By Cap'n Ron
This an easy way of smoking Country Style Ribs, when you don't have a smoker.
Pan Smoked, Country Style Ribs
The question is: "How would you smoke ribs, when you don't have a smoker?" It's really quite easy, if you've got either a grill with a side burner, or a single butane burner, more about the butane burners later.
It seems I've that I've been spending a lot of time away from the boat lately, and have not had a charcoal grill available at all. So, I've been cooking on gas grills with side burners. Now, I haven't (regularly) used a gas grill in a lot of years. Plus I was probably one of the last hold outs to get one, and it was a gift, at that. I found that I missed the flavor of burning charcoal, but really liked the convenience. I lived in Northern New Hampshire at that time, and I was able to sneak out on my deck at -50 degrees F. to grill hamburgers or a quick steak.
So I'm back to gas, but not totally happy. The ones I've been using aren't the least expensive out there, but I can't seem to get them to down low enough to "slow cook" or to "smoke" with. I tend to cook a lot of meat at a time (I love cooking for leftovers), and it takes a lot of playing with the meat to get it all to cook evenly. Then I realized that there's side burners, I think that they're one of the most underutilized options on any gas grill.
I've smoked hot dogs, in a restaurant using this method, so I figured that it was a no-brainer to try it at home. It worked great, and for those of you who might use a smoker only occasionally, it's a great, easy method for smoking almost any meat. In this case I've done Country Style Ribs, but I've also smoked Turkey Legs for a smoked Turkey Salad Wrap. Both times it worked great, and I know that I'll be using it in the future.
You've got to appreciate the fact that there are ALWAYS trade offs in life. These side burners don't seem to turn down as low as I would like them to. You've got 2 settings, High / High, and Low / High. And be ready for some real heavy smoky flavor in your end product. When I smoked the Turkey Legs, the mesquite was so strong (in a good way) that had got heart burn after eating the turkey. And that was after it was turned into salad, with plenty of Mayonnaise.
Butane burners are real popular for caterers, and quite often seen around boats or RV's. They can be purchased at most restaurant supply stores, along with their fuel, are can be ordered on the internet. Here's my favorite place for puckering restaurant stuff. These burners are versatile and can be purchased for less than $20.00.
So don't be put off by having to go out a special cooker, just to smoke ribs, chicken, or even turkey. If you do pick up a butane burner, you'll find yourself using it quite often in your house, when you need an extra burner to cook a dinner party, This is a great alternative, and you have to find a place to store it because the garbage can works real well. And, as easy as this method is to use, I don't think that I would try it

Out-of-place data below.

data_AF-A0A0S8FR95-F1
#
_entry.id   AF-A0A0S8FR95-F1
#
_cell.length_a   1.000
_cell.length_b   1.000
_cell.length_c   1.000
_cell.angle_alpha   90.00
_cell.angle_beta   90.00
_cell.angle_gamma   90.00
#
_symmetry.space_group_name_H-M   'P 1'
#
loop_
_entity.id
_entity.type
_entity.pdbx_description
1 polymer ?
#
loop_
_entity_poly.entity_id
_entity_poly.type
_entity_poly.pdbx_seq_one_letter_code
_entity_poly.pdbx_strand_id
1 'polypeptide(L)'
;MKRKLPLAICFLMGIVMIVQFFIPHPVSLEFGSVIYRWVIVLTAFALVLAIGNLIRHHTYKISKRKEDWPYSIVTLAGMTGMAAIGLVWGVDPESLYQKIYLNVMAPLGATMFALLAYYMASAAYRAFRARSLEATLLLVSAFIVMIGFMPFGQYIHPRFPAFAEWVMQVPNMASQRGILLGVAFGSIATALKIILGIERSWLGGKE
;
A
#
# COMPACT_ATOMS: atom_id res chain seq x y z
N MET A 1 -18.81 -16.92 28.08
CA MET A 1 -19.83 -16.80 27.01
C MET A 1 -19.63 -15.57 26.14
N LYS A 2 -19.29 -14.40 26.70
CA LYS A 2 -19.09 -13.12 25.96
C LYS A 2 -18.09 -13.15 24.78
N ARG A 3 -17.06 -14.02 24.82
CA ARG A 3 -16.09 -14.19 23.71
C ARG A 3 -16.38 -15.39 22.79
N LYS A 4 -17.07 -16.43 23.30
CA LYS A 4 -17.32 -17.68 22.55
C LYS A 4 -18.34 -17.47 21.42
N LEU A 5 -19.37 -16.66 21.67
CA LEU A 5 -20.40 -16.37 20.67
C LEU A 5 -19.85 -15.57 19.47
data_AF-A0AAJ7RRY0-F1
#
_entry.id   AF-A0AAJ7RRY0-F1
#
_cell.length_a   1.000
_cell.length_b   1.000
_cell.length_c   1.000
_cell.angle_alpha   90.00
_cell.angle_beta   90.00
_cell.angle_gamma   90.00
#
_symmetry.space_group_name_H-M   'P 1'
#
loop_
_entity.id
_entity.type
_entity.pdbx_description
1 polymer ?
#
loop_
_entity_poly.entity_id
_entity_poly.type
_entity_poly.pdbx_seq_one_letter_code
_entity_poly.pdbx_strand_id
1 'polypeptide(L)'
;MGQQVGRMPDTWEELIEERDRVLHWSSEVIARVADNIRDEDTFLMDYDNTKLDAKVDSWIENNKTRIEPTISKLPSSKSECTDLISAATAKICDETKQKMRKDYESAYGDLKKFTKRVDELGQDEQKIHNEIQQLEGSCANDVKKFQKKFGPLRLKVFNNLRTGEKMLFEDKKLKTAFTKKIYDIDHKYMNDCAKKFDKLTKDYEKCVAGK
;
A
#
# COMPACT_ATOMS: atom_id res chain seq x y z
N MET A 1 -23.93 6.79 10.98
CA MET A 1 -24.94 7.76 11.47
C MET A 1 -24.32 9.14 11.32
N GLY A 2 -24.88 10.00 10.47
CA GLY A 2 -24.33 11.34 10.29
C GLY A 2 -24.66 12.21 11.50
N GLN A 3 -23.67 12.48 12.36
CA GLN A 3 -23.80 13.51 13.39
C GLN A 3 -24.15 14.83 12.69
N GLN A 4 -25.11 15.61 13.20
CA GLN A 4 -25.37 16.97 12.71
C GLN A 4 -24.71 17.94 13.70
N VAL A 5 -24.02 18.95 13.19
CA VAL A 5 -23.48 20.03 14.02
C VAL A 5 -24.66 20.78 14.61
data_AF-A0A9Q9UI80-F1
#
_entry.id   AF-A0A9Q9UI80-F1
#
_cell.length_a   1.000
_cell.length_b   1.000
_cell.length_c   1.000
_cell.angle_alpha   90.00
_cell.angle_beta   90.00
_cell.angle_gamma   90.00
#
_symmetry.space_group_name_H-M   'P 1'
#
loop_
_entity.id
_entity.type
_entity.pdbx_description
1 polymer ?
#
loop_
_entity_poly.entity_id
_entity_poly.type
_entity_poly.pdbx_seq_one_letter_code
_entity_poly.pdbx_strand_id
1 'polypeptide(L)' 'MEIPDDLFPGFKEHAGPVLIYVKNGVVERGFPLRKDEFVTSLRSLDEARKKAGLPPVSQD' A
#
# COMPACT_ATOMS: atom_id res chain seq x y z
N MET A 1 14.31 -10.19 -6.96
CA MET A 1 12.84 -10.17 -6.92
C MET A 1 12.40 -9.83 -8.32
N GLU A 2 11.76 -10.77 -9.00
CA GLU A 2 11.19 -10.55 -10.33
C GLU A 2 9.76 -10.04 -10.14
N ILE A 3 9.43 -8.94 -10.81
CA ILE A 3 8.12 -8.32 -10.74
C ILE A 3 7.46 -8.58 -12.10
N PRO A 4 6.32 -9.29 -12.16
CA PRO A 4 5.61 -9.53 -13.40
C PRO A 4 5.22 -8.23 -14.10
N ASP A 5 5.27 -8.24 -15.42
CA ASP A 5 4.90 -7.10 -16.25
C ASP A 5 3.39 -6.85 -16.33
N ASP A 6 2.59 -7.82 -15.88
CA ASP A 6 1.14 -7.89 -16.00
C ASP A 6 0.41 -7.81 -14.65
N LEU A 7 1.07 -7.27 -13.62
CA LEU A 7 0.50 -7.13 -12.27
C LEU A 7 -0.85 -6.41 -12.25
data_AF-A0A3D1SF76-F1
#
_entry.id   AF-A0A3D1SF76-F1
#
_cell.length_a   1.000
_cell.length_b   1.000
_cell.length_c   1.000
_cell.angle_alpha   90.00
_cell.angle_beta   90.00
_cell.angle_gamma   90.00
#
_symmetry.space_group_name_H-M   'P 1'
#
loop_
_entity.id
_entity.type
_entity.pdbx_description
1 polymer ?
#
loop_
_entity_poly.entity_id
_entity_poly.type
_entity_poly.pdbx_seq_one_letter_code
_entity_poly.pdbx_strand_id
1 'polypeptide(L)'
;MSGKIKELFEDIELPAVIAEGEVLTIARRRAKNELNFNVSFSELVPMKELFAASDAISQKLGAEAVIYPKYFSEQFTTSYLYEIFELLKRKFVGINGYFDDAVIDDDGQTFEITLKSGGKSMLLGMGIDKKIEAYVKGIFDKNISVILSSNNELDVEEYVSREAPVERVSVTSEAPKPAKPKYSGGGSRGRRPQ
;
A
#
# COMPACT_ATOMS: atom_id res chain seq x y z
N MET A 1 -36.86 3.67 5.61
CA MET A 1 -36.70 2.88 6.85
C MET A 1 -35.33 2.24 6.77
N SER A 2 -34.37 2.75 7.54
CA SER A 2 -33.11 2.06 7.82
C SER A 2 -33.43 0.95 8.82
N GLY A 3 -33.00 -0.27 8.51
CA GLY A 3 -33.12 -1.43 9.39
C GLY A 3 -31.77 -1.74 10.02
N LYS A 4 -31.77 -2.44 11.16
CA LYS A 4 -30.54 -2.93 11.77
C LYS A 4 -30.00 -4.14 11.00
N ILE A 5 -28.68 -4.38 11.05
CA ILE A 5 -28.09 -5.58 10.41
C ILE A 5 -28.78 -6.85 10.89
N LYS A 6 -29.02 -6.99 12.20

- 1/2 Cup Dark Brown Sugar
- 1/4 Cup Butt Kickin' Blacken, Southwest Blend
- 2 Tablespoons Coarse Kosher Salt
- 2 Pounds Country Style Pork Ribs
- 1 Cup Mesquite Chips
Other Things You'll Need
- An Aluminum Baking Tray
- Aluminum Foil
1. Begin making the rub. This is easy, you just mix all the ingredients together. And soak the chips in water.
The chips should be done early in the day.
2. Prepare the pan by rolling up some aluminum foil and setting it in the bottom. This will keep the ribs from resting in the wood chips. Although the picture doesn't show it, I DID put another row of foil rolls on top of the one you see pictured.
3. Coat the ribs real good with the rub, place the soaked wood chips in the bottom of the aluminum pan, then place the ribs on top of the rolls of aluminum foil.
From my experience of smoking Turkey Legs, using the same method, I realized that I needed to add another row of foil tubes, to get the meat a little further above the chips. I also realized that it works better if you tent the foil covering as shown in the next step. Tenting permits the smoke to get to the top of the ribs better.
4. Tightly cover the pan, with the ribs with aluminum foil, being sure to "tent the covering, so it doesn't touch the ribs.
5. Set the pan on the side burner of your grill, and turn it to it's lowest setting.
6. Let them cook for about an hour, then open the top and check on them. You'll probably have to reverse the pan on the grill. And, it's a good idea to turn the ribs over. Now would be a good time to baste with BBQ sauce, but it's not really necessary, because the rub becomes the sauce.
7. Cook for another half hour, and check them again. They're done when you lift one up and it falls apart. If it doesn't, give them another 15 minutes and check again.
Be sure you don't overcook the ribs, or they'll end up dry, instead of being moist and chewy.
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